A year of territorial losses
The "Islamic State" (IS) has lost 14 percent of the territory it held at the start of the year, suggesting the group may have overstretched itself. By contrast, the Syrian Kurds have increased the amount of territory under their control by 186 percent.
The IS "caliphate" in Syria and Iraq has suffered a series of battlefield defeats over the past year, thus reducing the territory under its control, revealed military and defence think-tank IHS Janes in a report released on Monday. While IS made gains in both the historic Syrian city of Palmyra and Ramadi, the capital of Iraq's Anbar province, these gains came at the expense of losing large swathes of territory in northern Syria to the US-backed Syrian Kurds and allied Arab forces, known at the Syrian Democratic Forces.
In order to take and hold Palmyra and Ramadi, IS was forced to redeploy fighters from the Kurdish front, IHS said. "This indicates that the Islamic State was overstretched. It also shows that holding Kurdish territory is considered to be of lesser importance than expelling the Syrian and Iraqi governments from traditionally Sunni lands,″ said Columb Strack, senior Middle East analyst at IHS. "The Kurds appear to be primarily an obstruction to the Islamic State, rather than an objective in themselves,″ he added.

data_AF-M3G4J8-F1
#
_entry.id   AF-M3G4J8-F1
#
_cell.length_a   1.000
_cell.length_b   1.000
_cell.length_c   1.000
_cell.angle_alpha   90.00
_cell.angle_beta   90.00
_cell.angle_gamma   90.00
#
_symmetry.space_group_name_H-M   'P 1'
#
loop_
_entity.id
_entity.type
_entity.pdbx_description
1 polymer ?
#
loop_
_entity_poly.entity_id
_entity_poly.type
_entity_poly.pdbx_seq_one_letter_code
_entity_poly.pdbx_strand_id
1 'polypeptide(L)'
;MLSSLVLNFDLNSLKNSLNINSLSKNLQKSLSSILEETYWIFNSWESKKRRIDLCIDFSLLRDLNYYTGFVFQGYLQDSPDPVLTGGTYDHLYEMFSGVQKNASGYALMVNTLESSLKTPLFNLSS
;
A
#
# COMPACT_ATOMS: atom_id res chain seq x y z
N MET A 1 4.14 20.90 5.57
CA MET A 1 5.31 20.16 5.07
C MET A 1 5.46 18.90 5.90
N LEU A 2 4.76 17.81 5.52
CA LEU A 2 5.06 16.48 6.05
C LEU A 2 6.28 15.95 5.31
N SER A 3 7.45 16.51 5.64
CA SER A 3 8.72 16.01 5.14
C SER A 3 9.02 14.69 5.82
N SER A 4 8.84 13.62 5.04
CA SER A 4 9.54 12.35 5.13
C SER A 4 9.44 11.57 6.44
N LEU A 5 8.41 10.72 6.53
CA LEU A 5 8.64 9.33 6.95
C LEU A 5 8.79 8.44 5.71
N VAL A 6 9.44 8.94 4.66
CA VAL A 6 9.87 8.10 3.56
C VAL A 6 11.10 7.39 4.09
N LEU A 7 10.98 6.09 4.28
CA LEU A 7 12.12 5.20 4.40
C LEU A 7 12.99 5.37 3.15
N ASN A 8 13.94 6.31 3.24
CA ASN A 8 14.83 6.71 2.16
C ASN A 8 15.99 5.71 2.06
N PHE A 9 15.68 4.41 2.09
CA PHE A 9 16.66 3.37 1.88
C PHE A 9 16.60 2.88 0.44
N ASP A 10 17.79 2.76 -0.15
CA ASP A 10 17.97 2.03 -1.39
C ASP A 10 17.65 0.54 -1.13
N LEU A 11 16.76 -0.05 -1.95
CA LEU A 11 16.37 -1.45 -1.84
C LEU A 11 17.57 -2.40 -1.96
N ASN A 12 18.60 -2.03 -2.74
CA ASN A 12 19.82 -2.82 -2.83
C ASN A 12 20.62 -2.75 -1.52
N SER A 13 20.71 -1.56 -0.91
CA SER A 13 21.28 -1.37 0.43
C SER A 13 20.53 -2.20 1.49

Losses in the north along the border with Turkey included the strategic border town of Tal Abyad after Syrian Kurds went on the offensive with US air support following the failed IS siege of Kobani. Syrian Kurdish gains have effectively cut IS off from a large section of the Turkish border it once controlled, dealing a blow to the group's financing and supply lines to its self-declared capital Raqqa.
"Prior to the recent intensification of airstrikes against the group's oil production capacity, we had already seen a negative financial impact on the Islamic State due to the loss of control of the Tal Abyad border crossing," said Strack.
In Iraq, the militant Sunni group also lost Tikrit, the Baiji refinery and the main road between Raqqa and Mosul during an Iraqi Kurdish offensive to retake Sinjar. Territory around Ramadi, where an Iraqi Army and Shia militia offensive is underway, has also been recovered.
US-led coalition airstrikes backed up by indigenous ground forces have also helped to push back IS.
Since Russia's military intervention in Syria in late September, regime forces have clawed back some territory, but on the whole the government has lost 16 percent of the territory it controlled at the beginning of the year.
The Iraqi government, on the other hand, has increased territory under its sway by 6 percent, while the Iraqi Kurds have registered a net gain of 2 percent.
Syrian Sunni rebels, pinched between the regime and IS advances in parts of central and western Syria, have made marginal gains of 1 percent this year.
© Deutsche Welle 2015